Dropbox relies on individuals and small firms, for whom its rudimentary security features are good enough; bigger businesses with sensitive information prefer more secure services like Box.net. The advent of competitors in the nebulous form of iCloud, Google’s Drive and Microsoft’s Skydrive, which come pre-installed on their respective makers’ gadgets, does not seem to have dampened enthusiasm for Dropbox. Unlike iCloud, which boasted 190m users by October thanks to its deep integration with Apple’s mobile devices, the service is “platform neutral”—ie, works across different devices and operating systems—and allows easy file-sharing, both useful traits in an increasingly connected world where few people hew devoutly to a single device-maker.

Google and Microsoft clouds emulate Dropbox in these respects. But at a little over 10m users each, they do not yet benefit from from the incumbent’s powerful network effect. If you are sharing files with a dozen other people on Dropbox, a move to Google or Microsoft would require all 12 to move with you.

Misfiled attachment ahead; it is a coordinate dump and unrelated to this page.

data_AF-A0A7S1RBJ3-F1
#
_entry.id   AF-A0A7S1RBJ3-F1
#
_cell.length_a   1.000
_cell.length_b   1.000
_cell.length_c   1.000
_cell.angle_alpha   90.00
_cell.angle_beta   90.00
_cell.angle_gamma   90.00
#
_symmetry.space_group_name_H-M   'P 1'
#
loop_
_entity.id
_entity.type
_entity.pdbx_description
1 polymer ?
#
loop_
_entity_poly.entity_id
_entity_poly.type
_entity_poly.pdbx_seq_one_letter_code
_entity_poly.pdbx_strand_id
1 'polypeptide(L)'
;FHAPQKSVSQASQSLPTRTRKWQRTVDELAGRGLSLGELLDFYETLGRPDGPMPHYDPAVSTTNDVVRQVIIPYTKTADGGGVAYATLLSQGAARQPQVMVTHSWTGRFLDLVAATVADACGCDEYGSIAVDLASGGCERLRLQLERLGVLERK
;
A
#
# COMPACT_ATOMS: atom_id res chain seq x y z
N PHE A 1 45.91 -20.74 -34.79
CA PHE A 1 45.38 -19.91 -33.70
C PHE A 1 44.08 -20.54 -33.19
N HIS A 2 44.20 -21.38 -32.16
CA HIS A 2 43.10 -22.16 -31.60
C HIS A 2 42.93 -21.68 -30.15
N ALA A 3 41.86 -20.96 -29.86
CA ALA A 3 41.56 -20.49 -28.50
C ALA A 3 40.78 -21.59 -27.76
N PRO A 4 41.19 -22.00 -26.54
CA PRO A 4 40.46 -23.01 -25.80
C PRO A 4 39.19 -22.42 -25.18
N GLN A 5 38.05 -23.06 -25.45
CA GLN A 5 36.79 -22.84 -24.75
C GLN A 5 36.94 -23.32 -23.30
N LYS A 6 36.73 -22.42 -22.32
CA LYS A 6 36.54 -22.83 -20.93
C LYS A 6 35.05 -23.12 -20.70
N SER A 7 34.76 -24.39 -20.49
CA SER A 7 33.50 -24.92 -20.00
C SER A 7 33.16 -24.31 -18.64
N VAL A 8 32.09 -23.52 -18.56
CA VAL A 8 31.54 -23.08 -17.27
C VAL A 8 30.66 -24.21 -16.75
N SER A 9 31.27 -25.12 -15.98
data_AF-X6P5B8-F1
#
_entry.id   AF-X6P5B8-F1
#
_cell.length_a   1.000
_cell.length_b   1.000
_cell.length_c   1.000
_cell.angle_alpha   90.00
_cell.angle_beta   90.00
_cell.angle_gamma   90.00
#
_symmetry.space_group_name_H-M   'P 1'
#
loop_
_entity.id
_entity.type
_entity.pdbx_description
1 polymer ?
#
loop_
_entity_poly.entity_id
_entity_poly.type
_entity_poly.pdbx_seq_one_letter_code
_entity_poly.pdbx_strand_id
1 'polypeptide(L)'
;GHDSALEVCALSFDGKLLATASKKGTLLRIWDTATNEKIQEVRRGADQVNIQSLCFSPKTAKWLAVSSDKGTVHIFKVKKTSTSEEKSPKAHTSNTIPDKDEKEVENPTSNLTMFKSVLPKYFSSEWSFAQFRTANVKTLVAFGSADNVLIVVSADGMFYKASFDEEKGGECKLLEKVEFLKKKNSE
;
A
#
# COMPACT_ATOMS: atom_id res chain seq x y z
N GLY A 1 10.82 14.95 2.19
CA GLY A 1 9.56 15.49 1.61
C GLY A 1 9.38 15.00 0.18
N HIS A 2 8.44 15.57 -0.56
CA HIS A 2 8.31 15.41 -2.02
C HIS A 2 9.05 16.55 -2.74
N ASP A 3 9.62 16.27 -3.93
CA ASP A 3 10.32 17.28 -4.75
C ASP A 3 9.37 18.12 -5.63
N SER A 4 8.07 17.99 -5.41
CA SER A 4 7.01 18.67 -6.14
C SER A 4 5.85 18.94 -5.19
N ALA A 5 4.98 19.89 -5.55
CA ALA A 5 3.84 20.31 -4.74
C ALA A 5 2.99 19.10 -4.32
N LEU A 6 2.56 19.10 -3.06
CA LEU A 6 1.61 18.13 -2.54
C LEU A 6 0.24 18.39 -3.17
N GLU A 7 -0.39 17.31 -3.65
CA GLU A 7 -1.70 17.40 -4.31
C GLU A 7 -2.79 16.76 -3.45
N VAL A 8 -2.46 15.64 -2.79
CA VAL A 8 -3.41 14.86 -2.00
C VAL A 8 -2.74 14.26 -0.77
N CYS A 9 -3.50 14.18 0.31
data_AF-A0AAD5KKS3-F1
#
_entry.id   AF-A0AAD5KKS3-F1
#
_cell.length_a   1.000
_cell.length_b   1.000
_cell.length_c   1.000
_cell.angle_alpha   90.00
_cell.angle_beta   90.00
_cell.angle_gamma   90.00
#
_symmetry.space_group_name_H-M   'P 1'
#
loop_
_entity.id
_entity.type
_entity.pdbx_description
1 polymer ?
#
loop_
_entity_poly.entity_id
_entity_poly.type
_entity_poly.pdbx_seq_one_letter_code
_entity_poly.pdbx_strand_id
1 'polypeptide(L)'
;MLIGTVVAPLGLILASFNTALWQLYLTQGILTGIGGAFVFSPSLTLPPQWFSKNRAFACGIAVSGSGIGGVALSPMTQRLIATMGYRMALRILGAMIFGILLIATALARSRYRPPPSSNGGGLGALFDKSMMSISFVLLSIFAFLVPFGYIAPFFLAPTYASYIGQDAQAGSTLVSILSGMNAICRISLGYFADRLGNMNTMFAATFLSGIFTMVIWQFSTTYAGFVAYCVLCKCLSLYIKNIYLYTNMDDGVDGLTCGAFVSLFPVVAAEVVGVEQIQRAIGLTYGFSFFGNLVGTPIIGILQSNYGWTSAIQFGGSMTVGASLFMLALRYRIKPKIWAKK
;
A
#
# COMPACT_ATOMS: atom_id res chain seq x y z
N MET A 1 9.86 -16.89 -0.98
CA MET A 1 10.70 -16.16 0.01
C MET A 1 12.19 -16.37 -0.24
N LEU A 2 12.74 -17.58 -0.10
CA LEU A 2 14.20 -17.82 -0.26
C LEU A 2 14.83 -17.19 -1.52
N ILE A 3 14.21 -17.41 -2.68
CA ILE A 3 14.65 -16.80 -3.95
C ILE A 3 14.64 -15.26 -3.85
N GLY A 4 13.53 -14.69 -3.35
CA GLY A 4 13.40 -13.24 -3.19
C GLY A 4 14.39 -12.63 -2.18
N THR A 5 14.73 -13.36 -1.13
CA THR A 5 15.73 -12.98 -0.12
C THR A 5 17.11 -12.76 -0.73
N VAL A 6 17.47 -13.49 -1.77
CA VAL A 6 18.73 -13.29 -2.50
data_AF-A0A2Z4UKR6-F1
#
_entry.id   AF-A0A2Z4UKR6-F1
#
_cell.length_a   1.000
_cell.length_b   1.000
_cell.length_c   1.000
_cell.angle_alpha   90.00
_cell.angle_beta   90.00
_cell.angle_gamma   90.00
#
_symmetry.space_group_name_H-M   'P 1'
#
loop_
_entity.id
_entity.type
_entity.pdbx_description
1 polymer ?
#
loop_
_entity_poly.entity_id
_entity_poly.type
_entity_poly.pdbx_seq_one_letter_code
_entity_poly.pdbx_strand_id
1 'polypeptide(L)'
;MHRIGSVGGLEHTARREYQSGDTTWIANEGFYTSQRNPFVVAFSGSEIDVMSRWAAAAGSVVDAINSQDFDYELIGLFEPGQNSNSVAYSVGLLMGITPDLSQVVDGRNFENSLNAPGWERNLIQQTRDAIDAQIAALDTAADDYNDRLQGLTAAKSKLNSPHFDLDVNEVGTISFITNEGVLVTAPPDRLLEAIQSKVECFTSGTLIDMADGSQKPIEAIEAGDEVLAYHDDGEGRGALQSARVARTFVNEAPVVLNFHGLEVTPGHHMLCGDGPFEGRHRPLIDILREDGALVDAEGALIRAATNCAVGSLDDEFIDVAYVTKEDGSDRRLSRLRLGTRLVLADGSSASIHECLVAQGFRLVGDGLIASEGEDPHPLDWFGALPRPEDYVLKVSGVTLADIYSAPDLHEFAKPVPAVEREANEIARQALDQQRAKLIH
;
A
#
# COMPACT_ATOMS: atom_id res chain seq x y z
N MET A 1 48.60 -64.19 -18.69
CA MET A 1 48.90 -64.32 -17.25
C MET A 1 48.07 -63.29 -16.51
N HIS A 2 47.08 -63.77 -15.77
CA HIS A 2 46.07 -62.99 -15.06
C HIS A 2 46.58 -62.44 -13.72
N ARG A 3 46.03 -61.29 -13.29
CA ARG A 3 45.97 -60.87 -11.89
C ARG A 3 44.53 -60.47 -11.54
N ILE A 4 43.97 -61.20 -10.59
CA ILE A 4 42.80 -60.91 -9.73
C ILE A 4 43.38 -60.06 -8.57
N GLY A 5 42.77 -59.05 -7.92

Dropbox is also striving to make itself the default choice for smartphone users. In 2011 it struck a deal with HTC, a Taiwanese phonemaker, to preinstall Dropbox on its Android devices. In return it gives HTC users 5GB of space for free. HTC has been struggling of late, but Mr Ferdowsi says that his company is in talks with other manufacturers, hoping for similar arrangements.

A bigger long-term worry is the plummeting price of digital storage. With its vast scale, Amazon has driven down costs substantially for the likes of Dropbox, which leases server space from the e-commerce giant. But Google Drive already offers 100GB for $5 a month, half what Dropbox charges for the same amount of storage. And Google can advertise its cloud across its myriad online offerings. Dropbox’s margins are only likely to get wispier in the future.

First published on economist.com.

Image credit: Dropbox